LACONIA — Whether they won or lost, candidates have just one week to pull their campaign signs from state roads and highways. And since both Republicans and Democrats ran vigorous campaigns, there are lot and lots of signs to collect.
State law requires campaign to be removed from public land by the second Friday after the election, which is this case is next Friday, Nov. 16.
“Some campaigns are very good about picking up their signs, but most aren’t,” said state Department of Transportation spokesman Bill Boynton.
Random observations in and around Laconia showed there were fewer signs on Wednesday than there were the day before, which was Election Day.
Some candidates don’t waste any time taking down their signs. For example, state House candidate Charlie St. Clair said as soon as the polls closed Tuesday at 7 p.m., he started collecting the 100 signs he had put up. His opponent, Steve Whalley, meanwhile, was seen removing his signs on Wednesday.
Boynton said DOT lets campaign signs be placed alongside state highways so long as they don’t create a safety hazard. There are, however, some places, he said, where the agency does not allow any signs, like the Alton traffic circle where DOT crews removed signs on Monday.
Signs that remain after next Friday will be collected by DOT crews as their other work permits, Boynton said. He said the signs are brought to the nearest DOT patrol shed where they are kept for a time so campaigns or candidates can reclaim them. If they are not picked up after a length of time they are thrown away.
Laconia Public Works Director Wes Anderson said city ordinance prohibits signs within the right of way of any city street or state highway which the city is responsible for maintaining. He said city DPW workers have regularly been removing signs that were placed on the grassy areas between the outer edge of a sidewalk and the curb of the street, or– where there is no sidewalk – signs that are closer to the road than utility poles.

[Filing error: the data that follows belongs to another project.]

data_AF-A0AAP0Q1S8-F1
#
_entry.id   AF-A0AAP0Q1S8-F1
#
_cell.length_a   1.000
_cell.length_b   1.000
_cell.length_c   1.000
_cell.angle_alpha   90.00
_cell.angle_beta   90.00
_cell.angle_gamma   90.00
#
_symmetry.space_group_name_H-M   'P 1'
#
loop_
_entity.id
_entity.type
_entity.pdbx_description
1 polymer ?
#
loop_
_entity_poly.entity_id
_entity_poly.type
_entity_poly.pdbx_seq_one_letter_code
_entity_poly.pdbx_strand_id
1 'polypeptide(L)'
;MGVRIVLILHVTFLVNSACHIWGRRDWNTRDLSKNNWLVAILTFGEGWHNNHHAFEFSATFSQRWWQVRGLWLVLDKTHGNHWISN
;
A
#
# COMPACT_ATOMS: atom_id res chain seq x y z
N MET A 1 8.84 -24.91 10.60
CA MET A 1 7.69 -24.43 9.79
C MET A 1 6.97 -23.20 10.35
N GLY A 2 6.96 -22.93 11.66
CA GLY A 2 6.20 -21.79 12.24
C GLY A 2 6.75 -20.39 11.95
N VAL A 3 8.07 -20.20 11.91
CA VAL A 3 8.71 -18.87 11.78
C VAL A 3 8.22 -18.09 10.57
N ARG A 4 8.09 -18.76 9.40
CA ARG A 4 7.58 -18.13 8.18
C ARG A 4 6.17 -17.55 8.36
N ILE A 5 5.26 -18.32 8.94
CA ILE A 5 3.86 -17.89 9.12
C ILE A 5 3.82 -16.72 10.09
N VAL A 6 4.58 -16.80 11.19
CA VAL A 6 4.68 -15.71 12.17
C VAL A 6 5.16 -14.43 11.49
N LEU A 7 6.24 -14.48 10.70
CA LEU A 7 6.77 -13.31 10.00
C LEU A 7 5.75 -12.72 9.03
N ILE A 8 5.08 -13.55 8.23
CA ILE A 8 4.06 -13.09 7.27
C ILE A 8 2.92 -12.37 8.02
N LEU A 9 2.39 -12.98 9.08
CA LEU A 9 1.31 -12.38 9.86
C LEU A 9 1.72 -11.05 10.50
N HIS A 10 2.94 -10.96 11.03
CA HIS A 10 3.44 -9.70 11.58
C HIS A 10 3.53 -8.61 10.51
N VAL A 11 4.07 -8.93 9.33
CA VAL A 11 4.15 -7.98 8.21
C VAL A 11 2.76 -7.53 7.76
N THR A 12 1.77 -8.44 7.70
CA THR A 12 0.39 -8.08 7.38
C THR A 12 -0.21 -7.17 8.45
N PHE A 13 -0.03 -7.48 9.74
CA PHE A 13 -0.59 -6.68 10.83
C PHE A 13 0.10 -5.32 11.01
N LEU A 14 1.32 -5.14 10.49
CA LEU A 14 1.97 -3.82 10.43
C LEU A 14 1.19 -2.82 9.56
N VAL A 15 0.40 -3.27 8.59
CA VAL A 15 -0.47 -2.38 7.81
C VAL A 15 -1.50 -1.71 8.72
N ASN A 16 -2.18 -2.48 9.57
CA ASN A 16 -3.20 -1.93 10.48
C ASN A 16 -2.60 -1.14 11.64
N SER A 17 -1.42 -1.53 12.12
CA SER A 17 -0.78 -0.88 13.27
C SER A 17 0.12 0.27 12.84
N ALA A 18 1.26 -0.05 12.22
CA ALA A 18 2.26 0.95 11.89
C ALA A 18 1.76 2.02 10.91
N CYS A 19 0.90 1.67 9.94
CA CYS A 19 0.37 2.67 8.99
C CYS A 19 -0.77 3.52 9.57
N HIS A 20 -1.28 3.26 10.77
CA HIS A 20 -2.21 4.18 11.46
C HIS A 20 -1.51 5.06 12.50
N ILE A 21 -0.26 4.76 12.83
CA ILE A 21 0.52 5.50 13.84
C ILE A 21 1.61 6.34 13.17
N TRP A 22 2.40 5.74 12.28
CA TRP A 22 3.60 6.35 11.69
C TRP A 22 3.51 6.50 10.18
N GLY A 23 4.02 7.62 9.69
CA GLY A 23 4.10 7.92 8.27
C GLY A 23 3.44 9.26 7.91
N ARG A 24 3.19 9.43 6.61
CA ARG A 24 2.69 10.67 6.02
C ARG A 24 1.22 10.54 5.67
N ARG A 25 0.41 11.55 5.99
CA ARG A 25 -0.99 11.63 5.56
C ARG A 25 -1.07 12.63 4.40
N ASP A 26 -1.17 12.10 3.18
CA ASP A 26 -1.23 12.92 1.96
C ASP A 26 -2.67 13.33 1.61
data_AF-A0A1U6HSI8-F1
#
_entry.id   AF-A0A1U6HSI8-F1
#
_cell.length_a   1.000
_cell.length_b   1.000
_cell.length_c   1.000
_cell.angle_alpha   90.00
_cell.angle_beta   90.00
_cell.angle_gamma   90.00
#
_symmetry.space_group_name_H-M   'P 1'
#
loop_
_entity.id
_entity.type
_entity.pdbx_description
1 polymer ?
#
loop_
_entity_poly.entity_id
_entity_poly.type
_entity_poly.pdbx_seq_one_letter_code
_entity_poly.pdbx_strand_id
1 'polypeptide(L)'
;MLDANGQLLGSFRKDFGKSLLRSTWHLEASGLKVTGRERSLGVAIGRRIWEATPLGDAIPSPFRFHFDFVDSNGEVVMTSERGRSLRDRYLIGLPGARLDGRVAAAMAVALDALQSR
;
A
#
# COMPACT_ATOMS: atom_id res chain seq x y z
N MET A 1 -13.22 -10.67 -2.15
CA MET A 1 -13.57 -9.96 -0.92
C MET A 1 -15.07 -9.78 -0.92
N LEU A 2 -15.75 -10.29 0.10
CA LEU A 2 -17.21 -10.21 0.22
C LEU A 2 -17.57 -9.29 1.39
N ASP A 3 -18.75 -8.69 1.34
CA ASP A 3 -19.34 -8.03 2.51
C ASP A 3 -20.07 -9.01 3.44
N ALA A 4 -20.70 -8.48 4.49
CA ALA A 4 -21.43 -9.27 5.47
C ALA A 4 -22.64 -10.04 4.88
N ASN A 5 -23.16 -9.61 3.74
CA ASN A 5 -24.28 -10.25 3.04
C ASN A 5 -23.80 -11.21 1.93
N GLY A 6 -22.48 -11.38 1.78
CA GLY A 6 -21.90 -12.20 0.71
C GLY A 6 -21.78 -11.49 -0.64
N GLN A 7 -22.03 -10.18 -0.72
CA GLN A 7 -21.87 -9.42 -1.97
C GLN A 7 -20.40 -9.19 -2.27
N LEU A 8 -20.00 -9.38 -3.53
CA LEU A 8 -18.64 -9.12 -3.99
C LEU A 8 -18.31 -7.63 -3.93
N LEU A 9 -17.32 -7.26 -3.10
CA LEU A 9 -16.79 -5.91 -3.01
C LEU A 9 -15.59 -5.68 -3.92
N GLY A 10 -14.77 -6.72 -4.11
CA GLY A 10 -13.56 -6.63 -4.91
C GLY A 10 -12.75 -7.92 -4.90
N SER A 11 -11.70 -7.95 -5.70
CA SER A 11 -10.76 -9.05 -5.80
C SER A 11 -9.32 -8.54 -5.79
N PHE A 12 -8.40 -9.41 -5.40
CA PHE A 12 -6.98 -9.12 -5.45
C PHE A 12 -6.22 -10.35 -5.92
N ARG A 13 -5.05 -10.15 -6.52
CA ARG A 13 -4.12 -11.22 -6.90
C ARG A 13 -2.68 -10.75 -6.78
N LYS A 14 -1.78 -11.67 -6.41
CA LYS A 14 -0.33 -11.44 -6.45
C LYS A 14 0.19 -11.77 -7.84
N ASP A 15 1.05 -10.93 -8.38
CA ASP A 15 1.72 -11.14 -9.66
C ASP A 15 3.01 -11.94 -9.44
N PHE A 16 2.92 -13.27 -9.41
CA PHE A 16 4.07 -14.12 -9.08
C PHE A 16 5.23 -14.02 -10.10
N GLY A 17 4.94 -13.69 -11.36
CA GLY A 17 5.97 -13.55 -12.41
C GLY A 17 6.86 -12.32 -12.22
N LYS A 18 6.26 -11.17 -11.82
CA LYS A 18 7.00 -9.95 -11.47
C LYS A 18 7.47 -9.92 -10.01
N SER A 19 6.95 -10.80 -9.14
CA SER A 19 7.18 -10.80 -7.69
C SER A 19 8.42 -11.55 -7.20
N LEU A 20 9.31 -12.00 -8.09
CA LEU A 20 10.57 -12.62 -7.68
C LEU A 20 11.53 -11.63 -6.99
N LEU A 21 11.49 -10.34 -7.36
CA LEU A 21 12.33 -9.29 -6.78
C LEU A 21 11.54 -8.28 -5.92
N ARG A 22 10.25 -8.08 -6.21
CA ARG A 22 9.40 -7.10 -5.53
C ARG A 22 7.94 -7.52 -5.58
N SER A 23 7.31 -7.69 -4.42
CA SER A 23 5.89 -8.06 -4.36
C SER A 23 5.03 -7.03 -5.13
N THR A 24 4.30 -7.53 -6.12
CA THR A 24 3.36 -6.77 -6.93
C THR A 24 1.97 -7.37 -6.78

“Most candidates follow the rules,” Anderson said. For those who don't, their signs are taken to the DPW facility on Bisson Avenue, where they are kept for two weeks, and then thrown away. “We’ve go about 20 to 25 signs here right now,” said Anderson.
The rules do not affect signs that are on private property. Only property owners are allowed to remove those signs.
This campaign season has meant brisk business for campaign sign makers.
Production at Big Daddy’s Signs in Laconia reached a peak of 6,000 to 7,000 signs a week, according to owner Steve Zwicker.
“Business was a lot stronger” for this campaign, Zwicker said. “The more people are upset, the more signs.” Zwicker said his firm’s biggest orders were for the Massachusetts state ballot measure calling for a limit on the number of patients assigned to nurses. “We made thousands and thousands of signs for that issue,” Zwicker said.
At one point the company, which moved from Florida to the O’Shea Industrial Park in 2014 and produces signs for campaigns all over the country, was receiving semi-tractor trailer loads containing 220,000 to 330,000 square feet of rolled corrugated plastic every week in order to keep up with the demand, Zwicker said.
Zwicker said more and more candidates are using signs as part of a multimedia approach to getting their name in front of the public. “It’s recognition. If you drive by signs with a candidates name on them it has an impact on name recognition,” said.
Now that the election is over, business for sign makers will slow down, but not dry up.
“Every month there’s an election somewhere,” Zwicker said.